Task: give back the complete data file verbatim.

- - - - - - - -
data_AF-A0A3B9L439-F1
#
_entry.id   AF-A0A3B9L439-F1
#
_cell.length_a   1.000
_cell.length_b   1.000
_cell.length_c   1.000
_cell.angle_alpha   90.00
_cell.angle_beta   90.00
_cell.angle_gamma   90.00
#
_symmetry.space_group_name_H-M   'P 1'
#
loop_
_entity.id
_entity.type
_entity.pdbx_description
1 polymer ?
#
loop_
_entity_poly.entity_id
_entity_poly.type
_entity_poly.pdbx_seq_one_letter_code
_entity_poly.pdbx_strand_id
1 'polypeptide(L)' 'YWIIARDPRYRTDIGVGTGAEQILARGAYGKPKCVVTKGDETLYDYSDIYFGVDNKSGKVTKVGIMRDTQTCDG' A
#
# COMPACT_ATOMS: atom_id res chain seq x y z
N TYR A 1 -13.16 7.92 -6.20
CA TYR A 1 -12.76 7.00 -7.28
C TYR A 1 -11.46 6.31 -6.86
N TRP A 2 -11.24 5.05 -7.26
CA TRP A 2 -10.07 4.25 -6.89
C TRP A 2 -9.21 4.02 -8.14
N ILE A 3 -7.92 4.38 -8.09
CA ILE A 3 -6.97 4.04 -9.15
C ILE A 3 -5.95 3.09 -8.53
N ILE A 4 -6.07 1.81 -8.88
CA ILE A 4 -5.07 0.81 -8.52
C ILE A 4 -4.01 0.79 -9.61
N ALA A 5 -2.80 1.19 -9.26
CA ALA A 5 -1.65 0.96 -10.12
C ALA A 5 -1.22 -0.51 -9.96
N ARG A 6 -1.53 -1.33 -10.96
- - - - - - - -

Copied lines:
data_AF-A0A3B9L439-F1
#
_entry.id   AF-A0A3B9L439-F1
#
_cell.length_a   1.000
_cell.length_b   1.000
_cell.length_c   1.000
_cell.angle_alpha   90.00
_cell.angle_beta   90.00
_cell.angle_gamma   90.00
#
_symmetry.space_group_name_H-M   'P 1'
#
loop_
_entity.id
_entity.type
_entity.pdbx_description
1 polymer ?
#
loop_
_entity_poly.entity_id
_entity_poly.type
_entity_poly.pdbx_seq_one_letter_code
_entity_poly.pdbx_strand_id
1 'polypeptide(L)' 'YWIIARDPRYRTDIGVGTGAEQILARGAYGKPKCVVTKGDETLYDYSDIYFGVDNKSGKVTKVGIMRDTQTCDG' A
#
# COMPACT_ATOMS: atom_id res chain seq x y z
N TYR A 1 -13.16 7.92 -6.20
CA TYR A 1 -12.76 7.00 -7.28
C TYR A 1 -11.46 6.31 -6.86
N TRP A 2 -11.24 5.05 -7.26
CA TRP A 2 -10.07 4.25 -6.89
C TRP A 2 -9.21 4.02 -8.14
N ILE A 3 -7.92 4.38 -8.09
CA ILE A 3 -6.97 4.04 -9.15
C ILE A 3 -5.95 3.09 -8.53
N ILE A 4 -6.07 1.81 -8.88
CA ILE A 4 -5.07 0.81 -8.52
C ILE A 4 -4.01 0.79 -9.61
N ALA A 5 -2.80 1.19 -9.26
CA ALA A 5 -1.65 0.96 -10.12
C ALA A 5 -1.22 -0.51 -9.96
N ARG A 6 -1.53 -1.33 -10.96